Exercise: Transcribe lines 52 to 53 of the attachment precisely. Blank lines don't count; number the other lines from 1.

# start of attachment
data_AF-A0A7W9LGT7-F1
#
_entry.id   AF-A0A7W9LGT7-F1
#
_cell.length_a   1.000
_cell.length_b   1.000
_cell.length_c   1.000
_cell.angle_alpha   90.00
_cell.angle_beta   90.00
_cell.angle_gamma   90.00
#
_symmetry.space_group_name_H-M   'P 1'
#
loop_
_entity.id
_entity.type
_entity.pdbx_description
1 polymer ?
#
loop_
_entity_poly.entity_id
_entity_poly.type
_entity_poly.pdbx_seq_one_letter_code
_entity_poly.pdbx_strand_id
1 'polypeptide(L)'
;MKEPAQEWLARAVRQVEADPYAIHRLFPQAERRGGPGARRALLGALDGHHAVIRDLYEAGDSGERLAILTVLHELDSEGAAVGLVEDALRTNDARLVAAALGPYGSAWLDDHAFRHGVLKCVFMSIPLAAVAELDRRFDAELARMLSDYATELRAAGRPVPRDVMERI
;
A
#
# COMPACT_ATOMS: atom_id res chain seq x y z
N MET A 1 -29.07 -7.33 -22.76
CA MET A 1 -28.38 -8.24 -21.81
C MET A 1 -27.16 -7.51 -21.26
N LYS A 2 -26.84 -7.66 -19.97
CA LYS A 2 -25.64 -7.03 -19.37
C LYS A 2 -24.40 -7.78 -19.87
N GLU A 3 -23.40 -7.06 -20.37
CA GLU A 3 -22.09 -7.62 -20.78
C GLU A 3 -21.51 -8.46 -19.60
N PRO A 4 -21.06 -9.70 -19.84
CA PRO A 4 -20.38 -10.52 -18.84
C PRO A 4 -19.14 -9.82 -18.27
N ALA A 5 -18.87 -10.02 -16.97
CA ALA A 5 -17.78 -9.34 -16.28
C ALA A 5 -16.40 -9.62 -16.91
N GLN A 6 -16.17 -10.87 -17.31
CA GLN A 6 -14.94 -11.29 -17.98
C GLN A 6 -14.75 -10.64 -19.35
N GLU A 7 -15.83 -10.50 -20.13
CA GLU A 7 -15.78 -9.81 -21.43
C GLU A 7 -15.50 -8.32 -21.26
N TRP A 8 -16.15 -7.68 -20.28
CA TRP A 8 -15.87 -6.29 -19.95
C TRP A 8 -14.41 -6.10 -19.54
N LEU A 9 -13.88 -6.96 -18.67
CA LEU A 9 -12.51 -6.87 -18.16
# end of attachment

N TRP A 8 -16.15 -7.68 -20.28
CA TRP A 8 -15.87 -6.29 -19.95